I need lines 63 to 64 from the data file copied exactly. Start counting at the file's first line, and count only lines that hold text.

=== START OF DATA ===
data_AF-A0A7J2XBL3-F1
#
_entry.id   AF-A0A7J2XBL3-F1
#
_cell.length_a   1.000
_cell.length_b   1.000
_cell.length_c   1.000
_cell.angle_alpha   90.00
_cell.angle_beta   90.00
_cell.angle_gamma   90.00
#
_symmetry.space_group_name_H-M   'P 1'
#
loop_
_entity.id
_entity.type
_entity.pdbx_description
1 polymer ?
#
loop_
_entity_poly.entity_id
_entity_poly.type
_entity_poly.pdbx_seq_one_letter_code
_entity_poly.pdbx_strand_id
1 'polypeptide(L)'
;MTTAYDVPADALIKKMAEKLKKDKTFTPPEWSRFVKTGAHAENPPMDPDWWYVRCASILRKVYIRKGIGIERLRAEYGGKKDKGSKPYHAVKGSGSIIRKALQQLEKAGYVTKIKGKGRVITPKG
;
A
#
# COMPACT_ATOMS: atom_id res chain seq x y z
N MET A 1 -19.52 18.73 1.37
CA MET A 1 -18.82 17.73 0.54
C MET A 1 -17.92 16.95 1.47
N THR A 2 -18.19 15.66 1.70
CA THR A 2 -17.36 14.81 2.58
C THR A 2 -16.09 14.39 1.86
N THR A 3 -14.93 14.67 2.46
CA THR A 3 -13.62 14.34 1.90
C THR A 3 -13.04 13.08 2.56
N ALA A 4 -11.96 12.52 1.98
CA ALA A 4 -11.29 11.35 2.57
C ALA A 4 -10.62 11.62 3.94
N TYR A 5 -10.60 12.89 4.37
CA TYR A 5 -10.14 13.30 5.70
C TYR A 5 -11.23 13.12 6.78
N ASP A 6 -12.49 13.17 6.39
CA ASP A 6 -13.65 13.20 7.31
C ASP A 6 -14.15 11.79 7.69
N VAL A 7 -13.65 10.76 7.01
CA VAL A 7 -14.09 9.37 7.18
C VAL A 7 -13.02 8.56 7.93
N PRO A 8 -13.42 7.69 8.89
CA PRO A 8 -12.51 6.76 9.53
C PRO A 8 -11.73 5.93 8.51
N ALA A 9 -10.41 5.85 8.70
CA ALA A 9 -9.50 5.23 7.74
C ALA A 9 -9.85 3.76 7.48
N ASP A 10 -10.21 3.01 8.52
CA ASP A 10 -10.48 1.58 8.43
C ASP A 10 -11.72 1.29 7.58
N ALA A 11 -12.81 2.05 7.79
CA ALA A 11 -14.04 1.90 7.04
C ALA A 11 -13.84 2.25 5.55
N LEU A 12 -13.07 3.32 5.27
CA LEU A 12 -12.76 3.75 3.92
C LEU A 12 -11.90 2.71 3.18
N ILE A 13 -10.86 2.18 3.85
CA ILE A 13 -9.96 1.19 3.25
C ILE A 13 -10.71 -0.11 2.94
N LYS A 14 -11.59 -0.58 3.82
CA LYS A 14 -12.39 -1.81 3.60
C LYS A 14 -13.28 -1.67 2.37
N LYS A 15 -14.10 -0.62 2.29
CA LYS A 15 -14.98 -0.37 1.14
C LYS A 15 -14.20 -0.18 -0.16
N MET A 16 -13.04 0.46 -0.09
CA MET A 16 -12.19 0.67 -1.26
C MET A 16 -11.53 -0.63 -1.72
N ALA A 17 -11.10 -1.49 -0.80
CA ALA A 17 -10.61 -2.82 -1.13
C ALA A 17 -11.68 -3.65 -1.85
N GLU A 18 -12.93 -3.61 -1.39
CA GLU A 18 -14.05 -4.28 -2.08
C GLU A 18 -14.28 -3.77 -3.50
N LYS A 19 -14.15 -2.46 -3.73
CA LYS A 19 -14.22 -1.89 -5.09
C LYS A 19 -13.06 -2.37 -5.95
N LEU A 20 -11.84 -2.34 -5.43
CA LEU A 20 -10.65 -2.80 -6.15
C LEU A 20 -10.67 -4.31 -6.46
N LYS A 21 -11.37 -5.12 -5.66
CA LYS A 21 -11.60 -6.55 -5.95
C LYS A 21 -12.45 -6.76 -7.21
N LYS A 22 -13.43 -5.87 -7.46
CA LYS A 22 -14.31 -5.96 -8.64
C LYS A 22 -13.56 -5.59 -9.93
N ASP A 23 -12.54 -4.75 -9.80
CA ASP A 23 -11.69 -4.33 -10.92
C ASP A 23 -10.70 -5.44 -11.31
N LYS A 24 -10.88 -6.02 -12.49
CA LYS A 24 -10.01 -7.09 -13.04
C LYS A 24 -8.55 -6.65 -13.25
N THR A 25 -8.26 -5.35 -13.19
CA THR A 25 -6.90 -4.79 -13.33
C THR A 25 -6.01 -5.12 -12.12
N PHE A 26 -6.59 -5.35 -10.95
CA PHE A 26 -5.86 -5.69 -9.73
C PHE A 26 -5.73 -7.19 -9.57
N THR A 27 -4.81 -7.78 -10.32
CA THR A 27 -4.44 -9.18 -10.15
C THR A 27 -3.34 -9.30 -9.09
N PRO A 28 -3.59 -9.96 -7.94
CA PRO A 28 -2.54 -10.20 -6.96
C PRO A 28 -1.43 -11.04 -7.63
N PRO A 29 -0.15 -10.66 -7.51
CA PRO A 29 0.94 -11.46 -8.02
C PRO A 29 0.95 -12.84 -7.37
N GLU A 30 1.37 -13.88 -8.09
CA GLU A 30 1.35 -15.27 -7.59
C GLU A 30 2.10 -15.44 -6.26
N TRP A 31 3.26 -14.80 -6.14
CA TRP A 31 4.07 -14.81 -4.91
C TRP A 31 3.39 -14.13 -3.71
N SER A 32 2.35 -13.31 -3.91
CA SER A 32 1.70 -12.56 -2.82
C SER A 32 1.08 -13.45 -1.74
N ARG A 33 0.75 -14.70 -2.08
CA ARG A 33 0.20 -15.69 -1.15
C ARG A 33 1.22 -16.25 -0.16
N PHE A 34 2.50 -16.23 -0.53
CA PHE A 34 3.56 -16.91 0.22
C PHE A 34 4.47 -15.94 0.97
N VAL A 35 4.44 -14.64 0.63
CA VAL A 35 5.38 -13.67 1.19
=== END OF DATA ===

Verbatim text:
C ALA A 11 -13.84 2.25 5.55
N LEU A 12 -13.07 3.32 5.27